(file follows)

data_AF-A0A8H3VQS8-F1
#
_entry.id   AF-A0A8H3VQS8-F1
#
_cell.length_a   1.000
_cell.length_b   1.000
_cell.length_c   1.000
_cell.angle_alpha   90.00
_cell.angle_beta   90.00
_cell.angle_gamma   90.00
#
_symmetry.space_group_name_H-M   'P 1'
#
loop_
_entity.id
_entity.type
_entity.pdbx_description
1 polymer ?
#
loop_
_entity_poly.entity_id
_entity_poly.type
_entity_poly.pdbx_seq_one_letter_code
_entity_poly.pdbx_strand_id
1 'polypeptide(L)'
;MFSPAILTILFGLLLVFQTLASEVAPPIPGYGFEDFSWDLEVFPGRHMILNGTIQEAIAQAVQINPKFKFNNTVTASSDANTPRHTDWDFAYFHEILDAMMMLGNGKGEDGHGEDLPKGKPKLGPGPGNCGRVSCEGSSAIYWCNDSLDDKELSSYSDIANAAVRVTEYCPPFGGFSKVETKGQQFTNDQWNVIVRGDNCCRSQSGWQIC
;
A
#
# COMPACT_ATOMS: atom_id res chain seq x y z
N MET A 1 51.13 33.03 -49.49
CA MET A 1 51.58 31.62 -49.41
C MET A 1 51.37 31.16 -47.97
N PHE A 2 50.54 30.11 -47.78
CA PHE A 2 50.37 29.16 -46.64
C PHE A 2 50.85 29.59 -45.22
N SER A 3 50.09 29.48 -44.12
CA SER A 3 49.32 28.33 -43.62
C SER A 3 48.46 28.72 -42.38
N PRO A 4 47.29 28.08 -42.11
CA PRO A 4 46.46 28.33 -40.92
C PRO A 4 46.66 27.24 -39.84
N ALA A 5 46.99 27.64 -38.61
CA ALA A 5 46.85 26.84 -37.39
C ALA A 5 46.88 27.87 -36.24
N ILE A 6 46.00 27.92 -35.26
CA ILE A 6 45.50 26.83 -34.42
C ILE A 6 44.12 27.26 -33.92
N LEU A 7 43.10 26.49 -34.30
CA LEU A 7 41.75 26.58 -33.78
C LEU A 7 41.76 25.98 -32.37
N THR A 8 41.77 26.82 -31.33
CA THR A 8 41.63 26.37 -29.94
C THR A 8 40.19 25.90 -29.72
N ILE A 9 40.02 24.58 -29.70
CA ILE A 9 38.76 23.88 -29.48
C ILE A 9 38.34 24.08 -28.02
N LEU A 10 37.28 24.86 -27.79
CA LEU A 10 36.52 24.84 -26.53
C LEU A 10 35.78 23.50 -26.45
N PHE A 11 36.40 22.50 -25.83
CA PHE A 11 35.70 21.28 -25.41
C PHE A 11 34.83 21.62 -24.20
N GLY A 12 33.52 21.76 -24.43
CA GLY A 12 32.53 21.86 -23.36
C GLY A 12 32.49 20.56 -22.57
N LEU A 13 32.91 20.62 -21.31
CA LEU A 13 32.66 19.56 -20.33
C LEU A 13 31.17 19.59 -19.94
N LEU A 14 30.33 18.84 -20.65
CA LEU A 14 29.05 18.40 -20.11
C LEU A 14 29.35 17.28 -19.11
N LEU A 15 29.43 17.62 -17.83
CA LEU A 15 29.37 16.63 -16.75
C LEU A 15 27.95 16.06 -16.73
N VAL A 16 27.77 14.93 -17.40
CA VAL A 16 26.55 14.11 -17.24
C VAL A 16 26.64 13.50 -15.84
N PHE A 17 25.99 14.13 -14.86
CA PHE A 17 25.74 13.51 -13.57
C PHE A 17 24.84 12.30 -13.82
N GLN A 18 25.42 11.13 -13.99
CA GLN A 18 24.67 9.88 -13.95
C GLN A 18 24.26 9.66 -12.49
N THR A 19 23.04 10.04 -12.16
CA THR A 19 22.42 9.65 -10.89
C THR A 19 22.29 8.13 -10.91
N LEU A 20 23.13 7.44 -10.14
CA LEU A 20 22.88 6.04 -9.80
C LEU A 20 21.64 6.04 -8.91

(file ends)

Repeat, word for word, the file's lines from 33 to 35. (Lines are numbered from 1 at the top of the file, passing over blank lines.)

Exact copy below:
C MET A 1 51.37 31.16 -47.97
N PHE A 2 50.54 30.11 -47.78
CA PHE A 2 50.37 29.16 -46.64